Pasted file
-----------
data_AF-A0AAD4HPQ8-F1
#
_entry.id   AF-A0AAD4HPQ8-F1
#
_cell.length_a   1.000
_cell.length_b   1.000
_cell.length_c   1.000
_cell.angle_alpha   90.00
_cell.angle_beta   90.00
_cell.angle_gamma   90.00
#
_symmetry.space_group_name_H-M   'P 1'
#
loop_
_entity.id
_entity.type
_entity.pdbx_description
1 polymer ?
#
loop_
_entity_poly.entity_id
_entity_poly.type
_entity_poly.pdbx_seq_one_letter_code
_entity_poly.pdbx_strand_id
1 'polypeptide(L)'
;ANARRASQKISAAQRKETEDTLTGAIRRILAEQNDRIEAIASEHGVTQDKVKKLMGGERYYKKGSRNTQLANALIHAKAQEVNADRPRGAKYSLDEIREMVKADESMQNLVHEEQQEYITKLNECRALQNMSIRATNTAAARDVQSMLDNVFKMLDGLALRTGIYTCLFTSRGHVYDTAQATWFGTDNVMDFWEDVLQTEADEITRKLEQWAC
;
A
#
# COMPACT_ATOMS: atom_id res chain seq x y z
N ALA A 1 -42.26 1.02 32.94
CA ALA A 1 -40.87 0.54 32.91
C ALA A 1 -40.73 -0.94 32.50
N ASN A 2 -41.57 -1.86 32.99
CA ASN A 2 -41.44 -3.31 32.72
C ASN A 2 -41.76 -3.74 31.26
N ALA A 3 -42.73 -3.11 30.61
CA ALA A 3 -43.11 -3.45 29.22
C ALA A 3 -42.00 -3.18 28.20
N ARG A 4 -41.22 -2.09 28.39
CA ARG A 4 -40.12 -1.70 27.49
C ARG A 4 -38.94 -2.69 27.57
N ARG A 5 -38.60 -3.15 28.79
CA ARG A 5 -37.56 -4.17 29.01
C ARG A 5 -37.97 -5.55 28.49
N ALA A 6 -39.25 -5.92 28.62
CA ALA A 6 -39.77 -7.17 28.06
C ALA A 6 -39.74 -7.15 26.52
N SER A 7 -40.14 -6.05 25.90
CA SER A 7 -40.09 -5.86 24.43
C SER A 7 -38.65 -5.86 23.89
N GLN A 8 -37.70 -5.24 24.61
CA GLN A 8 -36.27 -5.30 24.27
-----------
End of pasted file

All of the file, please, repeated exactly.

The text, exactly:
data_AF-A0AAD4HPQ8-F1
#
_entry.id   AF-A0AAD4HPQ8-F1
#
_cell.length_a   1.000
_cell.length_b   1.000
_cell.length_c   1.000
_cell.angle_alpha   90.00
_cell.angle_beta   90.00
_cell.angle_gamma   90.00
#
_symmetry.space_group_name_H-M   'P 1'
#
loop_
_entity.id
_entity.type
_entity.pdbx_description
1 polymer ?
#
loop_
_entity_poly.entity_id
_entity_poly.type
_entity_poly.pdbx_seq_one_letter_code
_entity_poly.pdbx_strand_id
1 'polypeptide(L)'
;ANARRASQKISAAQRKETEDTLTGAIRRILAEQNDRIEAIASEHGVTQDKVKKLMGGERYYKKGSRNTQLANALIHAKAQEVNADRPRGAKYSLDEIREMVKADESMQNLVHEEQQEYITKLNECRALQNMSIRATNTAAARDVQSMLDNVFKMLDGLALRTGIYTCLFTSRGHVYDTAQATWFGTDNVMDFWEDVLQTEADEITRKLEQWAC
;
A
#
# COMPACT_ATOMS: atom_id res chain seq x y z
N ALA A 1 -42.26 1.02 32.94
CA ALA A 1 -40.87 0.54 32.91
C ALA A 1 -40.73 -0.94 32.50
N ASN A 2 -41.57 -1.86 32.99
CA ASN A 2 -41.44 -3.31 32.72
C ASN A 2 -41.76 -3.74 31.26
N ALA A 3 -42.73 -3.11 30.61
CA ALA A 3 -43.11 -3.45 29.22
C ALA A 3 -42.00 -3.18 28.20
N ARG A 4 -41.22 -2.09 28.39
CA ARG A 4 -40.12 -1.70 27.49
C ARG A 4 -38.94 -2.69 27.57
N ARG A 5 -38.60 -3.15 28.79
CA ARG A 5 -37.56 -4.17 29.01
C ARG A 5 -37.97 -5.55 28.49
N ALA A 6 -39.25 -5.92 28.62
CA ALA A 6 -39.77 -7.17 28.06
C ALA A 6 -39.74 -7.15 26.52
N SER A 7 -40.14 -6.05 25.90
CA SER A 7 -40.09 -5.86 24.43
C SER A 7 -38.65 -5.86 23.89
N GLN A 8 -37.70 -5.24 24.61
CA GLN A 8 -36.27 -5.30 24.27